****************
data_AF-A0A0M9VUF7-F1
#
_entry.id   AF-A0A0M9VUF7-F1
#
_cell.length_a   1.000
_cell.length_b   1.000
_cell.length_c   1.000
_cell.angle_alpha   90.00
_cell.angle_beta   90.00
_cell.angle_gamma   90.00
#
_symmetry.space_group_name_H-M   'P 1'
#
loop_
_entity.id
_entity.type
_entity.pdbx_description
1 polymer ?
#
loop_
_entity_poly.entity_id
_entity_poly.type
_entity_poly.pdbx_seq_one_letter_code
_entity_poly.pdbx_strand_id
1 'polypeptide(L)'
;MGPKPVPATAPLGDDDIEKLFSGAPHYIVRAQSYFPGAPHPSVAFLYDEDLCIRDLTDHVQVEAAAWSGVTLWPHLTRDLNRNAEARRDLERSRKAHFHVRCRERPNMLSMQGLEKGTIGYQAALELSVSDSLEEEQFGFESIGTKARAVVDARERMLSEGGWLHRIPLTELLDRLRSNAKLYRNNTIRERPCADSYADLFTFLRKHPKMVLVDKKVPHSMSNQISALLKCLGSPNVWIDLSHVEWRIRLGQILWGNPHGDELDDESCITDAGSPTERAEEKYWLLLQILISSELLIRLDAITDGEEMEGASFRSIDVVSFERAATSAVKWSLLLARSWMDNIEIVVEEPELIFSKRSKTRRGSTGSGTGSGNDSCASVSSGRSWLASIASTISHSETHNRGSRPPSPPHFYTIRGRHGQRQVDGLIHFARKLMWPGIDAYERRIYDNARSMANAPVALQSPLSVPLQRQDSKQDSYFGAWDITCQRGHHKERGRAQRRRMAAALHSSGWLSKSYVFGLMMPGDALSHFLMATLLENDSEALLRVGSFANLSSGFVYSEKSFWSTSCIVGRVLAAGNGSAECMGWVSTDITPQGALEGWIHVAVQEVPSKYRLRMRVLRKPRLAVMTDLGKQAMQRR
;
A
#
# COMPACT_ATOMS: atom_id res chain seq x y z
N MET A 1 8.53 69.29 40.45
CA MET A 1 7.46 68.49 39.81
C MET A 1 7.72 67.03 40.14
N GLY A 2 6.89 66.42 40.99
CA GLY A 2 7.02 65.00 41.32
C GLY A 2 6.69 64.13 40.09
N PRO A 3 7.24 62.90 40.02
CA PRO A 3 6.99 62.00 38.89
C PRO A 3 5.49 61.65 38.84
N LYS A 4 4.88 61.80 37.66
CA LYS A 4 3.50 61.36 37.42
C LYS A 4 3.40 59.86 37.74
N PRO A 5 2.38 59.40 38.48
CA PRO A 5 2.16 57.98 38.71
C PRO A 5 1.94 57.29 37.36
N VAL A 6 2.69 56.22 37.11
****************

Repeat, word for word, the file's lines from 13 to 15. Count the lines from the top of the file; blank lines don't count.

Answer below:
#
loop_
_entity.id